Of course, in the lean/mean new millennium, we all have to do more with and for less. How many of us are working 50 or 60-hour weeks and only being paid for 35? I’ll never forget the look on the VP’s face when he figured out that Producers where I work were doing close to 60 hours a week each (there are 4 of us). If Radio Production is all you have in your life, I feel sorry for you. How can you be a well-rounded human being on a schedule of sleep-work-eat-repeat? If you have family, you know what the phrase “there are not enough hours in the day” really means. How long is it going to be before management discovers what they really want is Joe College who’ll work from 6am to midnight 6 or 7 days a week for minimum wage and a case of Kraft Dinner a month? “Sure, he/she may not have a clue what they’re doing, but they’re cheap; and if they’re going to be any good at all, they’ll figure it out soon enough. By the way, do we have any room for make-goods this month?”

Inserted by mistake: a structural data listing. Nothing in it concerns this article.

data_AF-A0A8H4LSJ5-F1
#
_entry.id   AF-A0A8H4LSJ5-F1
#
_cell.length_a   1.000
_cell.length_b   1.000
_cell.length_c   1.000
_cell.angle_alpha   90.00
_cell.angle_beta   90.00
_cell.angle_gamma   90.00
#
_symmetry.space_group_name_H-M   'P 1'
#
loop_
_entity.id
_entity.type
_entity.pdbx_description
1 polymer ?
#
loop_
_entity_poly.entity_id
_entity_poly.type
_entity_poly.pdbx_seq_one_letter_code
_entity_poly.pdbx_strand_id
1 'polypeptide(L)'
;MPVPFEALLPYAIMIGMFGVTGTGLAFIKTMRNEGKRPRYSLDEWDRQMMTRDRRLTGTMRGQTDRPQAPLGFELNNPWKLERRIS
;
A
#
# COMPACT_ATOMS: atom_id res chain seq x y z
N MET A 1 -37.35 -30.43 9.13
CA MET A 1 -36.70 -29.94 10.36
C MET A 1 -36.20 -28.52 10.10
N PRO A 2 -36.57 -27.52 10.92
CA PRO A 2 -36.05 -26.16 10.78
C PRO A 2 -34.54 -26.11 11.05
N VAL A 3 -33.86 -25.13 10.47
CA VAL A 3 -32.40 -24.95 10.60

After digesting all of that, how I see the future can be summed up in the quality vs. quantity argument that has raged as long as I’ve been in this business. Ultimately in Radio Production what will matter will be quantity. Just get it on the air, fulfill the contract and get the cheque¼repeat as needed. Quality? Who cares; “the listener isn’t going to notice anyway.” Art will be for galleries and museums while radio will be for cookie cutter sound-alike stations all the way from Alaska to Alabama—if it’s not like that already.

Pretty bleak huh?

What bothers me most is that maybe it doesn’t have to be this way. There are many talented people in this business, people who are passionate about what they do. Maybe you’re one yourself. Here’s the test: when you get up in the morning, are you just itching to get to work, or do you have to force yourself into the studio every day? If you don’t like…no, if you don’t love what you do for a living, you really should be doing something else. And if you do leave, just go. Don’t whine to the ones that choose to stay.